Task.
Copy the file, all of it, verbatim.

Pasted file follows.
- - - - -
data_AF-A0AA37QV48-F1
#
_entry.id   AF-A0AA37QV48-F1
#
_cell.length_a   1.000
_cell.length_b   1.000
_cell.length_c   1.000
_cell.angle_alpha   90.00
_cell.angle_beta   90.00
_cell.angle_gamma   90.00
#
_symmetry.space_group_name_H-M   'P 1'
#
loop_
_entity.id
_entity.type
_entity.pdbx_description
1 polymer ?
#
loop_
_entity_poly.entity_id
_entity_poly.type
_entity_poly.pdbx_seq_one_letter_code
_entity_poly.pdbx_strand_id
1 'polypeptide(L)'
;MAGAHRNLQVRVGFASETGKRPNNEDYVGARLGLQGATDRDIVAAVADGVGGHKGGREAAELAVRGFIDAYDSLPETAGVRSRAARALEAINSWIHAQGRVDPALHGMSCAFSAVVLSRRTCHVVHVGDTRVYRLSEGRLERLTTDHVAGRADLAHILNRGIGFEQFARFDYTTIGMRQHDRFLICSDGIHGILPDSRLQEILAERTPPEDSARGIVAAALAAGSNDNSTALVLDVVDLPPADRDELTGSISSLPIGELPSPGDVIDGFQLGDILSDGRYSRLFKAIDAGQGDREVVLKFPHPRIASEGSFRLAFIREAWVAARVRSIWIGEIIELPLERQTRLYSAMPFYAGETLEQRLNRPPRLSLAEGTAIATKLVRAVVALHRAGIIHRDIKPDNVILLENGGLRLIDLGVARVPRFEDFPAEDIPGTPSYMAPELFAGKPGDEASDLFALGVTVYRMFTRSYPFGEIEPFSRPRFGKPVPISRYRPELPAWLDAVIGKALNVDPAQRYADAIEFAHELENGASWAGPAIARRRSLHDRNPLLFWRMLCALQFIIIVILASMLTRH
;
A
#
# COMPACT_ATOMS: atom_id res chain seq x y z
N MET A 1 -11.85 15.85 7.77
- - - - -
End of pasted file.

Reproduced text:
data_AF-A0AA37QV48-F1
#
_entry.id   AF-A0AA37QV48-F1
#
_cell.length_a   1.000
_cell.length_b   1.000
_cell.length_c   1.000
_cell.angle_alpha   90.00
_cell.angle_beta   90.00
_cell.angle_gamma   90.00
#
_symmetry.space_group_name_H-M   'P 1'
#
loop_
_entity.id
_entity.type
_entity.pdbx_description
1 polymer ?
#
loop_
_entity_poly.entity_id
_entity_poly.type
_entity_poly.pdbx_seq_one_letter_code
_entity_poly.pdbx_strand_id
1 'polypeptide(L)'
;MAGAHRNLQVRVGFASETGKRPNNEDYVGARLGLQGATDRDIVAAVADGVGGHKGGREAAELAVRGFIDAYDSLPETAGVRSRAARALEAINSWIHAQGRVDPALHGMSCAFSAVVLSRRTCHVVHVGDTRVYRLSEGRLERLTTDHVAGRADLAHILNRGIGFEQFARFDYTTIGMRQHDRFLICSDGIHGILPDSRLQEILAERTPPEDSARGIVAAALAAGSNDNSTALVLDVVDLPPADRDELTGSISSLPIGELPSPGDVIDGFQLGDILSDGRYSRLFKAIDAGQGDREVVLKFPHPRIASEGSFRLAFIREAWVAARVRSIWIGEIIELPLERQTRLYSAMPFYAGETLEQRLNRPPRLSLAEGTAIATKLVRAVVALHRAGIIHRDIKPDNVILLENGGLRLIDLGVARVPRFEDFPAEDIPGTPSYMAPELFAGKPGDEASDLFALGVTVYRMFTRSYPFGEIEPFSRPRFGKPVPISRYRPELPAWLDAVIGKALNVDPAQRYADAIEFAHELENGASWAGPAIARRRSLHDRNPLLFWRMLCALQFIIIVILASMLTRH
;
A
#
# COMPACT_ATOMS: atom_id res chain seq x y z
N MET A 1 -11.85 15.85 7.77